PAWTUCKET, RI: The City of Pawtucket’s latest effort to reallocate greenspace in the Woodlawn neighborhood of Pawtucket to the Oak Hill neighborhood has found some obstacles.
Over the past several months, the Pawtucket City Council and mayoral administration has worked to allow for the expanded footprint of the Blackstone Distribution Center, a trucking center planned for construction on the foundations of the old MicroFibres building at 1 Moshassuck Street. Part of this effort is to sell Morley Field, a public park that abuts the site, to the developer to provide for additional parking.
The initiative has met resistance. Most public response has been consistently against selling the park, with a rally of about 80 people held in September in protest, led by both District 5 Pawtucket City Councilor Clovis Gregor and District 59 State Representative-elect Jennifer Stewart (D-Pawtucket).
“I have and will continue to listen to Woodlawn residents’ concerns about recreational and green space as the City Council process moves forward regarding both Morley Field and purchasing new green space at 724 Pleasant Street,” said Pawtucket Mayor Don Grebian in a statement. “I’m confident that moving forward, we will be able to preserve and expand green spaces in the City while also promoting new, job-creating economic development opportunities.”
Councilor Gregor, however, has concerns. He points out that the new space is a mile and a half from the existing site, removing the space from District 5. This is important because District 5 is 70% minority families, mostly with kids living in multi-family homes with no yards and no place to play, Gregor explains. Also, the replacement park is being proposed next to Max Read Field, which is already a well-invested community space.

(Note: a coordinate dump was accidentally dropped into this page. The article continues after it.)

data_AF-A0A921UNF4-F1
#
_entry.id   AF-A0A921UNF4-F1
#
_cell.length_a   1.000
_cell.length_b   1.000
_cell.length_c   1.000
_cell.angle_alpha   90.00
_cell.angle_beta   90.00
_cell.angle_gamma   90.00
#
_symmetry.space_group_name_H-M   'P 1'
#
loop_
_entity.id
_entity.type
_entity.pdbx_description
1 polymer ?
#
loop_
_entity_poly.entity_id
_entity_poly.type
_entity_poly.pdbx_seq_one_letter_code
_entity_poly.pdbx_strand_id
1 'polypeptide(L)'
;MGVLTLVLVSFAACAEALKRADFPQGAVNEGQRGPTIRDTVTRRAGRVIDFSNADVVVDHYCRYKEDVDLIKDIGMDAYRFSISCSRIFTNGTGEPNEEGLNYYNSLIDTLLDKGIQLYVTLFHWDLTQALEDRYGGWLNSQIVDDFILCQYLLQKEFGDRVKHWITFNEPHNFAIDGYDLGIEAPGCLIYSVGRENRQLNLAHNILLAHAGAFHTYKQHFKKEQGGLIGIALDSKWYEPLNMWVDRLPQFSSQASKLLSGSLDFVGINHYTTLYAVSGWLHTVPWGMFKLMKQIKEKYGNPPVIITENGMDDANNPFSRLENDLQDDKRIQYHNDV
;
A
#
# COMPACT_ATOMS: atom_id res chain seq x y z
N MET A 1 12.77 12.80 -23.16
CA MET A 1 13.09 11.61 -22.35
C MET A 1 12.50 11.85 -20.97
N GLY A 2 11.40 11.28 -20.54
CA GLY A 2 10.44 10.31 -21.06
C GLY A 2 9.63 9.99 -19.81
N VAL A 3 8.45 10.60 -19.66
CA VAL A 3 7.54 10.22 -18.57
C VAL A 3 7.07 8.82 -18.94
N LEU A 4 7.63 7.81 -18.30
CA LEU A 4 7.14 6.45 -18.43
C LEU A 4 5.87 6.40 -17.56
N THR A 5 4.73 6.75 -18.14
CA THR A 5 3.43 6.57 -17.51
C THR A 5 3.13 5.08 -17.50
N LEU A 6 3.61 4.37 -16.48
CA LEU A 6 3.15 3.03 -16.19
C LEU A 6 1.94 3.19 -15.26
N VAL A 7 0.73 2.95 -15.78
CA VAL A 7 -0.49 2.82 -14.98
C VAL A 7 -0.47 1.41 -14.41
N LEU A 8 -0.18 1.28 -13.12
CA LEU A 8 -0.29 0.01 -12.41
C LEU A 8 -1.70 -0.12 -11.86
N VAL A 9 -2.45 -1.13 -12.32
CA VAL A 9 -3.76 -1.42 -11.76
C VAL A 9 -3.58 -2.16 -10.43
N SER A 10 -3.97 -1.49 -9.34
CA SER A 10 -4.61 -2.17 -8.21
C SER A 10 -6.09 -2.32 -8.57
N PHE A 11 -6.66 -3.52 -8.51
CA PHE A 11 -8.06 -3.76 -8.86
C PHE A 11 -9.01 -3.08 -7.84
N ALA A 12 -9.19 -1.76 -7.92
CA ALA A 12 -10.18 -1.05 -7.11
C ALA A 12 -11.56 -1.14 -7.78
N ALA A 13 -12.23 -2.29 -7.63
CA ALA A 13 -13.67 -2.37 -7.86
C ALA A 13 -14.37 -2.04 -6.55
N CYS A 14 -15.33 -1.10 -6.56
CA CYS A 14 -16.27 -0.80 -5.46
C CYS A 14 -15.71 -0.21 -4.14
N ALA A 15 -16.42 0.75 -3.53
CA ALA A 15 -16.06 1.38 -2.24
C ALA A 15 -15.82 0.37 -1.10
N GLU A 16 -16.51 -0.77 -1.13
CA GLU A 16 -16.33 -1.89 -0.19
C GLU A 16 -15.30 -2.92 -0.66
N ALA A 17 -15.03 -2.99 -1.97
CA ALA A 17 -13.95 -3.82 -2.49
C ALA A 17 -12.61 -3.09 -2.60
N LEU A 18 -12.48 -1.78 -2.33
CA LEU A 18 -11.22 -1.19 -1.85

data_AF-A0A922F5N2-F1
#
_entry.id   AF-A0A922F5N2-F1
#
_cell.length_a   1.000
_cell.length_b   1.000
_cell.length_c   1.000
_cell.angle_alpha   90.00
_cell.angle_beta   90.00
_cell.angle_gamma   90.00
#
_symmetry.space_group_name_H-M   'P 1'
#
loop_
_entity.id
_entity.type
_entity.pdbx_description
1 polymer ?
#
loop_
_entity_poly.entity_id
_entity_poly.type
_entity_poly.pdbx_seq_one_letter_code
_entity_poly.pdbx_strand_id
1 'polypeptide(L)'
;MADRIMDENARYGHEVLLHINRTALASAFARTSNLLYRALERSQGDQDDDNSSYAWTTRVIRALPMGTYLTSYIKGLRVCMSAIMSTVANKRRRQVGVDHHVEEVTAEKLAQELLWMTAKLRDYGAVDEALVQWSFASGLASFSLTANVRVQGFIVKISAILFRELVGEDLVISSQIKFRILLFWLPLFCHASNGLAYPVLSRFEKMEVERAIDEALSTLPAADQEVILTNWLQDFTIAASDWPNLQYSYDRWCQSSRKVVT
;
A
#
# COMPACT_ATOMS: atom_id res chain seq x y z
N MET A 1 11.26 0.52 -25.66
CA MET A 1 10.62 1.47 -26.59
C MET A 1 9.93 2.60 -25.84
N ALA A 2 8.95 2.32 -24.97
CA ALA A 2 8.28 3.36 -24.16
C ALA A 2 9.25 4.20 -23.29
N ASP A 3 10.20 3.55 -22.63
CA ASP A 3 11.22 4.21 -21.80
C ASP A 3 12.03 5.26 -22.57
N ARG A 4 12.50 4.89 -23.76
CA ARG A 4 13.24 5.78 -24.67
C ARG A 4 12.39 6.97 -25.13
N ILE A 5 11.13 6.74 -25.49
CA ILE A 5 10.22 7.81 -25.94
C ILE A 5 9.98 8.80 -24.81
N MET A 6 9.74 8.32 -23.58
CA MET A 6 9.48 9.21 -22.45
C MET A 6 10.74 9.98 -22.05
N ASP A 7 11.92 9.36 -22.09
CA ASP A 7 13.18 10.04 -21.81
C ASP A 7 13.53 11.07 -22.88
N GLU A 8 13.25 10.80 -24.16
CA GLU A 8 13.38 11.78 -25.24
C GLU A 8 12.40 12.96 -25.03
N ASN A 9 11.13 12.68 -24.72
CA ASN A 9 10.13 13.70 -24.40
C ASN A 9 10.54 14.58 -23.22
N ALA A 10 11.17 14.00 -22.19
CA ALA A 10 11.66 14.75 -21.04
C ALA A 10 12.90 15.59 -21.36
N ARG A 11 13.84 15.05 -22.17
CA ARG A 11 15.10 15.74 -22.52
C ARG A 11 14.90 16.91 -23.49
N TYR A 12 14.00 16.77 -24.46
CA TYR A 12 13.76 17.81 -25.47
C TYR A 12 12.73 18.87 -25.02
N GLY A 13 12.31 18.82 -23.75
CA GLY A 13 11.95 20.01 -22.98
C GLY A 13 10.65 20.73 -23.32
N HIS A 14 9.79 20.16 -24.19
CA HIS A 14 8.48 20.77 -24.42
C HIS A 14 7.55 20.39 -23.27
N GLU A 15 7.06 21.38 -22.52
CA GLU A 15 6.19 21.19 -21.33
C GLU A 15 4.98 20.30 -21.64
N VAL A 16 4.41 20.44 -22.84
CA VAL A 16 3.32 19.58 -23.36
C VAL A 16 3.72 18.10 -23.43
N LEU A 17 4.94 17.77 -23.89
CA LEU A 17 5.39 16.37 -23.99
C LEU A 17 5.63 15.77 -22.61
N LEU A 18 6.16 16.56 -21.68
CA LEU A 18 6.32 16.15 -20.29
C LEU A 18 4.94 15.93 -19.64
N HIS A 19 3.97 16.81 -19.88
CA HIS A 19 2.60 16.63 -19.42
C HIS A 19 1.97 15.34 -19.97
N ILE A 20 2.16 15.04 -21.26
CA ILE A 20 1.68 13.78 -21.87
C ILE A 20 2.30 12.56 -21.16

“This is assuming it can be moved,” Gregor adds.
More importantly, Gregor explains that because the Morley Field site has received federal funding in the past, the city needs to have both Department of Environmental Management and National Parks Service approval to convert the space from the recreational designation to buildable.
“The purchase and sale agreement is voided — the city never had permission to sell the field in the first place,” says Gregor.
“The City of Pawtucket has submitted an application to DEM to alter wetlands at Morley Field. This is required because DEM regulates wetlands,” says Michael Healy, Chief Public Affairs Officer at RI DEM. “We cannot consider the City’s application complete, however, because sequentially, first the City must provide documentation that a recreational conversion plan has been approved by both DEM and the National Park Service… To date, DEM has not received this application.”
“The environmental justice implications of this proposal are very real,” said Terrence Gray, Director of RI DEM, in an email to a concerned citizen. “My understanding is that these transfers are not just evaluating based on size, but also various criteria related to recreational value to the community.”
“The city has failed in its stewardship,” Gregor says. “The most important thing now is to convince the DEM — and more particularly the NPS — to not accept the sale of Morley Field.”
Another rally protesting the sale of Morley Field is scheduled for 4pm on November 3 at Pawtucket City Hall.